Like a butterfly flapping its silken wings around the ankle, the first green-is-glam shoe fluttered up the stairs of London’s noble Wellington Arch.
The feet were those of Livia Firth, the founder of Eco-Age, who had walked the Sergio Rossi stilettos along the “green carpet” made from re-cycled fishing nets. The dynamic ecological entrepreneur then greeted Nadja Swarovski, whose lead-free crystals gleam like dew drops on satin purses.
At the top of the tower, with its panoramic view across to the garden of Buckingham Palace, with the hyper-modern Shard in the far distance, a select group surveyed the shoes while Livia thanked all those who had helped to build the organic-silk supply chain, with the yarn spun, dyed and woven in Italy.
“I am Italian and Sergio Rossi has always been an iconic brand for me and it was an honour and a pleasure to work with them — we really had fun and the result is beyond beautiful,” said Firth, whose filmstar husband Colin was there to support her.
François-Henri Pinault, CEO of Kering, the driving force for sustainability in the luxury arena, joined Livia in underlining the importance of reducing negative environmental impact.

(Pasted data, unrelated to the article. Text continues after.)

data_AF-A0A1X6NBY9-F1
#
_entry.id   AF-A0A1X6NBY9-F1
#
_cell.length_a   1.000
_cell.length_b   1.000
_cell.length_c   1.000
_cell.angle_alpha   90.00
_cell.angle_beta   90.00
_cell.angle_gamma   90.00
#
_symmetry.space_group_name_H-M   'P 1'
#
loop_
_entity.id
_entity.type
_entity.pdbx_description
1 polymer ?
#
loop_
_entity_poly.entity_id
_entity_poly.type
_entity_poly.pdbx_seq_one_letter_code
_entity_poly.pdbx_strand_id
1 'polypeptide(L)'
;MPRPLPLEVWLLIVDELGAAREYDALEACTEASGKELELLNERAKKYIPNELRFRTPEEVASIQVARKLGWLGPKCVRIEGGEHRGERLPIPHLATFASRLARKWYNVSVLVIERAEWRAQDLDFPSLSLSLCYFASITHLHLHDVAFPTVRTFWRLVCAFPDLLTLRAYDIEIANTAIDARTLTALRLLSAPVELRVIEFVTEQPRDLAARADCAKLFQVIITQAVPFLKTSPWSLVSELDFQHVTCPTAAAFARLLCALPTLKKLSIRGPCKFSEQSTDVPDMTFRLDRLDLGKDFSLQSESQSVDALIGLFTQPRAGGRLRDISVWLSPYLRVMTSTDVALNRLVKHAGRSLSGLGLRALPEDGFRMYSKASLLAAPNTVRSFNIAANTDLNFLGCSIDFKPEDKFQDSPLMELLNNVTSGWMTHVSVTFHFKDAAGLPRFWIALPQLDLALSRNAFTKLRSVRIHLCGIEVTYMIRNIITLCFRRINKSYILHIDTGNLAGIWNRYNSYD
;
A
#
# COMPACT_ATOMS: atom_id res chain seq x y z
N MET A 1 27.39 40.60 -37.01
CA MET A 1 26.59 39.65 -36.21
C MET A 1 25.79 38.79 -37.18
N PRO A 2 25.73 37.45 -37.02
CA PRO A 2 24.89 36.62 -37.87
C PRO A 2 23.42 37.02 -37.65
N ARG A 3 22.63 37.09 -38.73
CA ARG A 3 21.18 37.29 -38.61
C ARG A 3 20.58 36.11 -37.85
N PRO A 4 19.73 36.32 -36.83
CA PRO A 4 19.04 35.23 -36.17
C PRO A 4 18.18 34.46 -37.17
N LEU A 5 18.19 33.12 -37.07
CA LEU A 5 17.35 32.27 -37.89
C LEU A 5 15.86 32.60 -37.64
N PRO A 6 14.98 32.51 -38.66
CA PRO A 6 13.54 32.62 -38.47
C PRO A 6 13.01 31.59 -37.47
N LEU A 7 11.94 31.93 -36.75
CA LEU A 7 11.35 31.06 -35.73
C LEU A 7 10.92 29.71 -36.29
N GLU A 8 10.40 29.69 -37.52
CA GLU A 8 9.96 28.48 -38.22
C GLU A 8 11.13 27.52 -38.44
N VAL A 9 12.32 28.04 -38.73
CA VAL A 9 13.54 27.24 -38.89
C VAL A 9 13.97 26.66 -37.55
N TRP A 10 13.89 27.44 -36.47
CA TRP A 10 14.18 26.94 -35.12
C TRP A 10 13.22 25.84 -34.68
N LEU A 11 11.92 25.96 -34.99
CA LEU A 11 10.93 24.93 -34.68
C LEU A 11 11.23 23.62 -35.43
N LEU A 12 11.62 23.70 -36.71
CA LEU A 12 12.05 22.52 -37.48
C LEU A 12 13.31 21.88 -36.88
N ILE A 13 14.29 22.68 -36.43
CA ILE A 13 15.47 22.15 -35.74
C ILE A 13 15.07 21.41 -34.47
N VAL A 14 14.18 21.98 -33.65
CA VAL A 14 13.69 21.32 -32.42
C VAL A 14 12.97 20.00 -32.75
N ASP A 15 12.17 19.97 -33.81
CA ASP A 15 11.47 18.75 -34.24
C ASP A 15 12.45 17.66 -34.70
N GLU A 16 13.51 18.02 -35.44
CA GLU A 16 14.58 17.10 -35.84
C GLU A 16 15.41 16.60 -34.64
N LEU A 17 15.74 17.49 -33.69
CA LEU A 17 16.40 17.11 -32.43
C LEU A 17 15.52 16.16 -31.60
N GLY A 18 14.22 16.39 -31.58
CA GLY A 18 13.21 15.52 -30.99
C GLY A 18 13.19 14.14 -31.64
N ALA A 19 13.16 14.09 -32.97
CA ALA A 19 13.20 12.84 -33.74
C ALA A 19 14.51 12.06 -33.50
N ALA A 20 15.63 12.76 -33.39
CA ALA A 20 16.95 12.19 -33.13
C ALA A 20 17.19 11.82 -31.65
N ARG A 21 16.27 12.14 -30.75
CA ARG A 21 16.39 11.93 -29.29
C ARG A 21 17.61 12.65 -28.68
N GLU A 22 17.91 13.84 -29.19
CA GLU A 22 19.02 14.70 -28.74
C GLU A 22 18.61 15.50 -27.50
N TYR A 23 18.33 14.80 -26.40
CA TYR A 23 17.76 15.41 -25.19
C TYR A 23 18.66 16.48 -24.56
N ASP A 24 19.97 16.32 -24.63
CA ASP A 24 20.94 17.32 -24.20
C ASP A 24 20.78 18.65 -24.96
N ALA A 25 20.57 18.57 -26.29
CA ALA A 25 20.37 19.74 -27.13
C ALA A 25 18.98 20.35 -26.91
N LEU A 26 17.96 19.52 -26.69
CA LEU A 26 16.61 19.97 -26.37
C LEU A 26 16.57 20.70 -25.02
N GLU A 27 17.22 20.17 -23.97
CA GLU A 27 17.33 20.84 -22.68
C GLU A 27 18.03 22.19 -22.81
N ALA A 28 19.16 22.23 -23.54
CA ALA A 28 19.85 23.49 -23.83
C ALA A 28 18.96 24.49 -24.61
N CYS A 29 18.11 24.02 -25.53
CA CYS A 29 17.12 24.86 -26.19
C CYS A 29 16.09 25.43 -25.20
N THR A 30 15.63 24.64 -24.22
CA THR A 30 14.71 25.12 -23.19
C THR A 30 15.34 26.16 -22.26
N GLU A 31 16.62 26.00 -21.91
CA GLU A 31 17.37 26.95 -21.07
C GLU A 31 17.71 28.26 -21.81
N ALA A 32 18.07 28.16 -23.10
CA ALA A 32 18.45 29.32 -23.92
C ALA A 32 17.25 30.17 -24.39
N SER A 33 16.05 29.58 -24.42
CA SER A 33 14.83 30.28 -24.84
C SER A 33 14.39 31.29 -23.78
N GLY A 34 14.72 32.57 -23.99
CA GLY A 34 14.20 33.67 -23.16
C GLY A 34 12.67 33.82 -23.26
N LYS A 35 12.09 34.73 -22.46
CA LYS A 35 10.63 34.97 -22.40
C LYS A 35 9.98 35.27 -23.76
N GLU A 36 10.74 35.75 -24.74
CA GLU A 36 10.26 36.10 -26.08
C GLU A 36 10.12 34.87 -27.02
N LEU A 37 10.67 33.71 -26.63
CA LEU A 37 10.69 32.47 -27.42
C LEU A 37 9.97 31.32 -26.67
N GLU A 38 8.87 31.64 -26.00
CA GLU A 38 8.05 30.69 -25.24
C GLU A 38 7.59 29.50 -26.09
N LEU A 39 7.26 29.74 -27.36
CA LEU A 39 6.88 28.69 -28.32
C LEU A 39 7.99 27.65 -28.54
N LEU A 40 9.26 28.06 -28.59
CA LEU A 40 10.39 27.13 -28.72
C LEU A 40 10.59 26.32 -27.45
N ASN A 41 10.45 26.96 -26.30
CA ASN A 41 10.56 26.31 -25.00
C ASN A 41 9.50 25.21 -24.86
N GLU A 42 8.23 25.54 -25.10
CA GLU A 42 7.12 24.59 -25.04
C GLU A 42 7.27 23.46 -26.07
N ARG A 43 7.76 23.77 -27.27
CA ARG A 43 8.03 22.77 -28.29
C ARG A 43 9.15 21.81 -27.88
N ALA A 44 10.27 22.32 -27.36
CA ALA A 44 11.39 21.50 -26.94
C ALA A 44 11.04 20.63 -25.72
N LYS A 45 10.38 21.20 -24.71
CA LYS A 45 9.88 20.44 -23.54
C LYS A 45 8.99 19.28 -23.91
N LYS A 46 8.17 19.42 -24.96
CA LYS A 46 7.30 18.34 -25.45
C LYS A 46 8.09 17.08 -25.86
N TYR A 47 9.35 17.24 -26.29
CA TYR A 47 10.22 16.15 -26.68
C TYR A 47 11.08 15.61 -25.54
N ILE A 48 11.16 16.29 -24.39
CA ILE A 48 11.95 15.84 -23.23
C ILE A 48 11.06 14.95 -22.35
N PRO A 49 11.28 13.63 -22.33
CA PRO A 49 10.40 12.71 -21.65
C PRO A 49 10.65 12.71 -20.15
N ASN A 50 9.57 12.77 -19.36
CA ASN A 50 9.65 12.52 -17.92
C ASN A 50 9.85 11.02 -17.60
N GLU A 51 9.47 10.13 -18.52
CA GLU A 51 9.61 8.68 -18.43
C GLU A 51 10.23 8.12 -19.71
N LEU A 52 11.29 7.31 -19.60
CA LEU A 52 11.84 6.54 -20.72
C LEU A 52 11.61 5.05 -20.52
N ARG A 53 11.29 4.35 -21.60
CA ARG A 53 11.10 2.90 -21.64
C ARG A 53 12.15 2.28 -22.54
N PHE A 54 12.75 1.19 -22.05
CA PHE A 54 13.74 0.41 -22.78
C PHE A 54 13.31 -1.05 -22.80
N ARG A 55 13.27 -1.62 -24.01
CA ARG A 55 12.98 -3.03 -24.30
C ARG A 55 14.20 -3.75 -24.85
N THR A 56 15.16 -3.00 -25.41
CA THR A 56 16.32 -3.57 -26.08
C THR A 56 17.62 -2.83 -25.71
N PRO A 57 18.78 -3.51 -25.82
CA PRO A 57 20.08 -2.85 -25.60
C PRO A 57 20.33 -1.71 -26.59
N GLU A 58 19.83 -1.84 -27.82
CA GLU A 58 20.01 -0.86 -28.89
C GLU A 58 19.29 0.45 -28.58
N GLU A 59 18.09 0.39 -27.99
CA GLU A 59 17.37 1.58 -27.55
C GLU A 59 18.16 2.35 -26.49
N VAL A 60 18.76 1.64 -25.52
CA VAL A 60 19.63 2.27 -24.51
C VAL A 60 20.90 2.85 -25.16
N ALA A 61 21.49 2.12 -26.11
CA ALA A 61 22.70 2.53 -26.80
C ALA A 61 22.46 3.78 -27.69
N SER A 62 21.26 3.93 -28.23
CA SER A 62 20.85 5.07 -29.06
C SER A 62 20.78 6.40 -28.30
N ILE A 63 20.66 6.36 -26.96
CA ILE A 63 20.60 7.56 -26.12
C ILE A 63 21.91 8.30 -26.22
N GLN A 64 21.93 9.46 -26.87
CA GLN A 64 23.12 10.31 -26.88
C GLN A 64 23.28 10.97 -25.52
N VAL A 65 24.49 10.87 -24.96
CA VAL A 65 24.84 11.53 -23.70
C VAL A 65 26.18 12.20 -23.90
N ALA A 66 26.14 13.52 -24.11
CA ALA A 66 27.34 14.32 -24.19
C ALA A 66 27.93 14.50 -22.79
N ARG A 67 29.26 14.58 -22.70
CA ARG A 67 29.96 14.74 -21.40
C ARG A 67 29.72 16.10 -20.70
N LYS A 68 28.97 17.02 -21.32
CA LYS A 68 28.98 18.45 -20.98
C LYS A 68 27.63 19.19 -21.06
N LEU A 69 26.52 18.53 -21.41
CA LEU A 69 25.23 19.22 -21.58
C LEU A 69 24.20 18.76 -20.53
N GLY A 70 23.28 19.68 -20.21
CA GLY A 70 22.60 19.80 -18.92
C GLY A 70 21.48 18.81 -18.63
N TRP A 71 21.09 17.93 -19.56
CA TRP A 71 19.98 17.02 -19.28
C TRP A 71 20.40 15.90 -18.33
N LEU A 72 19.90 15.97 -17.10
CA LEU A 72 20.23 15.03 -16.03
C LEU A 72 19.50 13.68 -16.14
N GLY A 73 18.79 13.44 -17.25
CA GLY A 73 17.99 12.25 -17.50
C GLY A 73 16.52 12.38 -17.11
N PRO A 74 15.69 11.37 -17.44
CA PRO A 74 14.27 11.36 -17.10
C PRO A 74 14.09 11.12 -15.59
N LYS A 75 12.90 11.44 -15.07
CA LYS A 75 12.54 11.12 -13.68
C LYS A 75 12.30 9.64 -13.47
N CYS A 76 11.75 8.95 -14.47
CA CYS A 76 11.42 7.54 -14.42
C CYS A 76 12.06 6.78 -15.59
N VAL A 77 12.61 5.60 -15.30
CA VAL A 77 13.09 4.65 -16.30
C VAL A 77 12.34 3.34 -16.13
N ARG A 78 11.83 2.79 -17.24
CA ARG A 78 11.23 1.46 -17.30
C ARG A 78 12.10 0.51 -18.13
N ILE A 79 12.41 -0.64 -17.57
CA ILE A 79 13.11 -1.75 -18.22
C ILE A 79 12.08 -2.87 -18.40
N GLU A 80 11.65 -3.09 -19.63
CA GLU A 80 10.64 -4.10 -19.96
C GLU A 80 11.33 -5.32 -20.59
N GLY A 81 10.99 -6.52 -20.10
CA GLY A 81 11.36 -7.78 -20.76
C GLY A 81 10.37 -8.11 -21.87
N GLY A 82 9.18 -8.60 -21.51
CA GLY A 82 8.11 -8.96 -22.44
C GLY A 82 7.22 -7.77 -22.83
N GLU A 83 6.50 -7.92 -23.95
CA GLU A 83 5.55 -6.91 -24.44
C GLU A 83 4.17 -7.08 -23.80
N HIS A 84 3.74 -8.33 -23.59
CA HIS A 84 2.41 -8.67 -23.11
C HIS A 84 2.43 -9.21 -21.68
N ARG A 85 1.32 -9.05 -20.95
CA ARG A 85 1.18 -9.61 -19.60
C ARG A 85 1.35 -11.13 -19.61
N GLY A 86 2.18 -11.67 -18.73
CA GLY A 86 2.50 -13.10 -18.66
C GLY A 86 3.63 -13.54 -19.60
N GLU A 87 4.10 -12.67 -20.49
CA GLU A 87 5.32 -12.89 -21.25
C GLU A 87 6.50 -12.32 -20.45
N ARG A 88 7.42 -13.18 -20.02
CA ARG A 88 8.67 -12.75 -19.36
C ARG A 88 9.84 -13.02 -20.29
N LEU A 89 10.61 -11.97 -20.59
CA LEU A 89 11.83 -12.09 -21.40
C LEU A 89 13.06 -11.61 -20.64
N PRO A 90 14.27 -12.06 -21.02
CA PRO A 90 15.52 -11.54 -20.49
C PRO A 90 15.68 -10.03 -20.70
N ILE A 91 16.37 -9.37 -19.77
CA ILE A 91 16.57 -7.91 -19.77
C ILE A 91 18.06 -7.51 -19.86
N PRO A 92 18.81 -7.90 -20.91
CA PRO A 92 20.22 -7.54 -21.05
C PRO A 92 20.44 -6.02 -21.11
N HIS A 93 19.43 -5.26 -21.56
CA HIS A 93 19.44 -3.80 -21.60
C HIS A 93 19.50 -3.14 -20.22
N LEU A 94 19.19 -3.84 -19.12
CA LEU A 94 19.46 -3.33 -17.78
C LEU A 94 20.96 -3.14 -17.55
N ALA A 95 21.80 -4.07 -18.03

The Kering team, led by Marie-Claire Daveu, chief sustainability officer and head of international institutional affairs, have worked with Eco-Age to steer dedication and enthusiasm down the green path. The background to the aesthetic work of Angelo Ruggeri, the design director of Sergio Rossi, was shown in a video which took the viewer through the Italian factories to watch the manufacturing process that makes these silken shoes (they sell for around £850) truly sustainable.
The Kering policy includes impact on the environment, proper treatment of workers and responsible use of water, chemicals and animal welfare — just a few of the criteria that make even the small, crystal-decorated pochettes examples of good practice.
What’s next on fashion’s green agenda?
“Embroidery — making sure there is a decent wage and decent surroundings,” said Pinault, speaking passionately about regulating the chaotic working conditions of embroiders, especially in India.
Caroline Rush, CEO of the British Fashion Council, will soon be revealing a pioneering sustainable initiative, according to Firth.
But for all the impact of Eco-Age energy and the commitment of Kering, a nagging question remains: how to get this “green-is-good” message at the luxury level across to the fast-fashion world which operates in a parallel universe? The Main Street products are driven entirely by selling because the price is right (meaning as low as possible).
How long can it be before a crystal-decorated satin purse — if not those butterfly-light shoes – are copied and sold at sweat-shop prices?
I admire immensely the drive and dedication of Livia Firth. I could see how finely Sergio Rossi had worked on the satin shoes. And let us hope that this green mission, like The True Cost movie that Firth worked on, will percolate the fast-fashion business and make people conscious about what they are buying.